Netflix reached a record high of $489.29 a share before slipping 0.1% to $479.01 Tuesday, after a Wall Street analyst said investors have underestimated its future potential financial performance.
In a research note, RBC Capital Markets analyst Mark Mahaney raised his price target on Netflix from $530 to $600 per share, citing an updated analysis of Netflix's opportunity to rack up European subscribers and positive customer-satisfaction survey results in the U.S. and U.K.
"We continue to believe that Netflix has achieved a level of sustainable scale, growth, and profitability that isn't currently factored into its stock price," Mahaney wrote, reiterating the firm's "outperform" rating on Netflix. He noted that Netflix has the highest short interest and lowest "buy" rating ranking among large-cap Internet stocks.
Still, the analyst reiterated caveats on trends that could impinge growth. Netflix could see weaker-than-expected subscriber growth if churn levels increase or competitors steal share, Mahaney noted. And, among other things, he reiterated that tiered broadband pricing models of Internet service providers could thwart streaming usage.
Netflix also is concerned that its streaming-delivery costs could increase as broadband providers seek interconnection payments to guarantee high-quality video delivery. The company on Wednesday is participating in a symbolic Internet "slowdown" to urge the FCC to adopt more robust net neutrality rules that would forbid ISPs to charge for so-called "fast lanes." At the same time, Netflix has cut deals with Comcast, AT&T, Verizon and Time Warner Cable under which it's paying for dedicated interconnections.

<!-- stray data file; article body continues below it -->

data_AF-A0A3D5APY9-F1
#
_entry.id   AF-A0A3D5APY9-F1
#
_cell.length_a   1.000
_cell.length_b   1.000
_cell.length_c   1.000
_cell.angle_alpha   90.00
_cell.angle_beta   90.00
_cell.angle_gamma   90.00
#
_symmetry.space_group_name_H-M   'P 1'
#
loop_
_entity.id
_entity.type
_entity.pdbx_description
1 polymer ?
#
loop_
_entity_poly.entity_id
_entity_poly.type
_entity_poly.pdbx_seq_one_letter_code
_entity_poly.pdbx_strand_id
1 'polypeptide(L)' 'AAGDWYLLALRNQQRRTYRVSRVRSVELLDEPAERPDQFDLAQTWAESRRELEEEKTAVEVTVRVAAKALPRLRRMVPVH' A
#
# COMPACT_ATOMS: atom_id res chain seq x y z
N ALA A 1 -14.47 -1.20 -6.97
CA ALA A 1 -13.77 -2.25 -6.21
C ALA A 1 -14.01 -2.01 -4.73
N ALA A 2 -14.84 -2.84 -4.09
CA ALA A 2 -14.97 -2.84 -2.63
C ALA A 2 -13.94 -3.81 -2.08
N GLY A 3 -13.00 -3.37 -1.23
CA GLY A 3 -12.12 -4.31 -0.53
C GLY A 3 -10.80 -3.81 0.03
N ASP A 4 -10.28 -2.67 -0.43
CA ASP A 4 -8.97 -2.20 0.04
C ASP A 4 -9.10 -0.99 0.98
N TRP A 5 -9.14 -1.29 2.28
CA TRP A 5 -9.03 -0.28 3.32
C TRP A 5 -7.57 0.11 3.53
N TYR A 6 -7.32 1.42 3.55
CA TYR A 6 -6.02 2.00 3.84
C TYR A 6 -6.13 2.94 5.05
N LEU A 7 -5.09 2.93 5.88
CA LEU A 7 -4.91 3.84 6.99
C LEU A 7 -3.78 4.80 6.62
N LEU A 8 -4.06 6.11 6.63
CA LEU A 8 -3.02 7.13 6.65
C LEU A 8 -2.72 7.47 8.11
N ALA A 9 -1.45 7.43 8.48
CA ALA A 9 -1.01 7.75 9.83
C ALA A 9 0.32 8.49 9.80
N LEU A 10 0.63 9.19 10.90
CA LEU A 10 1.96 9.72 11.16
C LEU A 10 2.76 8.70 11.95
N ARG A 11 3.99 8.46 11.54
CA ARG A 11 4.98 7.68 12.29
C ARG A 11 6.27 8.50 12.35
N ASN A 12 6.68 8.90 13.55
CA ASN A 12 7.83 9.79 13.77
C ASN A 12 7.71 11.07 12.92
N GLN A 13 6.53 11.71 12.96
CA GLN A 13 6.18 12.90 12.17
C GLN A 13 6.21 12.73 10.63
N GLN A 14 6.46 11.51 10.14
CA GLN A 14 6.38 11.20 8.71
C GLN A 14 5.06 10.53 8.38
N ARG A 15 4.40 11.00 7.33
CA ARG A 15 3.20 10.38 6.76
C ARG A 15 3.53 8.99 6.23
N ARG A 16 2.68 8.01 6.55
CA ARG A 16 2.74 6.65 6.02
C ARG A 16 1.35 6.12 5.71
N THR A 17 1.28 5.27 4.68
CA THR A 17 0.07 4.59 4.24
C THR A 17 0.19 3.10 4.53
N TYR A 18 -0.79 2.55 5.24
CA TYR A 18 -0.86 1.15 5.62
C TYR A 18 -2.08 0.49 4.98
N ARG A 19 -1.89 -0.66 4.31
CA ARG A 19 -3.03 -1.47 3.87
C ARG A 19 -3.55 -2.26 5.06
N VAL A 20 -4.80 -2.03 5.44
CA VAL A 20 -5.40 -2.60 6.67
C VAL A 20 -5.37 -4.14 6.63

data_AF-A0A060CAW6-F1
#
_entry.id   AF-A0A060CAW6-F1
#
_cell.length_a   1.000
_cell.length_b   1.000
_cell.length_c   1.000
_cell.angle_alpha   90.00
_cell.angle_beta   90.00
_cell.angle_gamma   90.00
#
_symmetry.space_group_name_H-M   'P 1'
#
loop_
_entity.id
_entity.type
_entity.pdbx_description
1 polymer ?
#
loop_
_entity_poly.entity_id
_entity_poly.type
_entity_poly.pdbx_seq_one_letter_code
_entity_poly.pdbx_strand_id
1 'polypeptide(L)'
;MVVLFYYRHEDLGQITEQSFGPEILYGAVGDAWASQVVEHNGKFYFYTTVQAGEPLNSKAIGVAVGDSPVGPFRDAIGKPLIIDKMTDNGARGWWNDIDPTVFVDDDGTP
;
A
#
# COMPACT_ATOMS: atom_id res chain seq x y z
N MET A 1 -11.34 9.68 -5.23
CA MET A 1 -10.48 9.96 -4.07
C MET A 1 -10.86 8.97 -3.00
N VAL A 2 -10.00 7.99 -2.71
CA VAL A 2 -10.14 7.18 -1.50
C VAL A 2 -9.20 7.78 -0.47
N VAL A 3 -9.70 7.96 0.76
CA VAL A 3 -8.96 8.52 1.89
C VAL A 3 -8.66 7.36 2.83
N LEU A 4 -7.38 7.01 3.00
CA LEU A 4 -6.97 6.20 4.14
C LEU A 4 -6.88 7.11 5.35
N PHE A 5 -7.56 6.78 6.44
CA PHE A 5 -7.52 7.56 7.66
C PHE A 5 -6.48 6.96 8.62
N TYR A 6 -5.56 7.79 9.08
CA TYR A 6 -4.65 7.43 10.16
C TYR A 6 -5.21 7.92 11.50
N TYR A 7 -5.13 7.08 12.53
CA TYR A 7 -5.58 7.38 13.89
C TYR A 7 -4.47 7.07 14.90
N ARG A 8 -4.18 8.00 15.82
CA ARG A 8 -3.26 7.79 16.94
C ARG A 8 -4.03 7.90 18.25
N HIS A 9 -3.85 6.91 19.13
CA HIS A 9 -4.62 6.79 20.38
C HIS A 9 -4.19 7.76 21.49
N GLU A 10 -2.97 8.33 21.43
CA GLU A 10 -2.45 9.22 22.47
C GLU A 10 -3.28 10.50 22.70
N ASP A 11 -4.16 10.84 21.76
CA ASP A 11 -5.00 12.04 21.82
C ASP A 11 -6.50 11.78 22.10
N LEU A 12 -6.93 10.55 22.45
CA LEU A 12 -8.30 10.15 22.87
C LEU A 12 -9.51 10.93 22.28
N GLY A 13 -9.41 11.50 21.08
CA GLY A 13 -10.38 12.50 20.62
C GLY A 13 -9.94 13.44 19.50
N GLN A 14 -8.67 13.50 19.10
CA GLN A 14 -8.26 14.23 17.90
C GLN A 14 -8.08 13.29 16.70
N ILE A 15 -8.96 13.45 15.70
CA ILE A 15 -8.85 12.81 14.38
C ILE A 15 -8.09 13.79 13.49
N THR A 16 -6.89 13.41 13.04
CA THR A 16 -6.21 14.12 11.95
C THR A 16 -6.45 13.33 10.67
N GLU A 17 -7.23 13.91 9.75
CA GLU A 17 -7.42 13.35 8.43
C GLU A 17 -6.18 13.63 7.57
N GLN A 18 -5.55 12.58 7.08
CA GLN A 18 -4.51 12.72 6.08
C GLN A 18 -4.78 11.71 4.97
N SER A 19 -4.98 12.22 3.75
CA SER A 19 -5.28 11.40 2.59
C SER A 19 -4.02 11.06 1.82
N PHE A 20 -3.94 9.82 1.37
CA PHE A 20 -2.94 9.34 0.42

But over all, Netflix's future looks bright, according to Mahaney. Later this month, Netflix expects to launch service in six new European countries: Germany, France, Luxembourg, Belgium, Austria and Switzerland. Per Mahaney's analysis, Netflix's rollouts outside the U.S. to date have been relatively successful, with its 14 million international subs represented an estimated 15% penetration of all broadband households in current markets.
The new European markets represent a 70% increase (65 million households) of Netflix addressable market, so with 10%-20% penetration those territories could generate 7 million to 13 million new subs for Netflix by 2016, Mahaney said.
Meanwhile, RBC's 12th U.S. Internet survey polling 1,007 consumers this month found that Netflix's streaming customers remain very happy with the service. About 65% of current Netflix subs are "extremely satisfied" or "very satisfied," the second-highest level the firm has tracked over the past three years, with the 23% saying they are "extremely satisfied" a record high.
In addition, 73% of U.S. Netflix users said they were "not at all likely" to cancel Netflix in the next three months and 57% agreed that original content was "extremely important," "quite important," or "moderately important" to their decision to remain a sub (both metrics the highest RBC has recorded for the company).
The Wall Street firm also pointed to upbeat customer feedback in the U.K., with 70% of Netflix users there saying they are "extremely satisfied" or "very satisfied," consistent with prior levels. The survey of 2,000 British Internet users also found a record high 25% of them use Netflix to watch movies and TV shows, which was behind YouTube (42%) but increasingly ahead of Amazon (15%).
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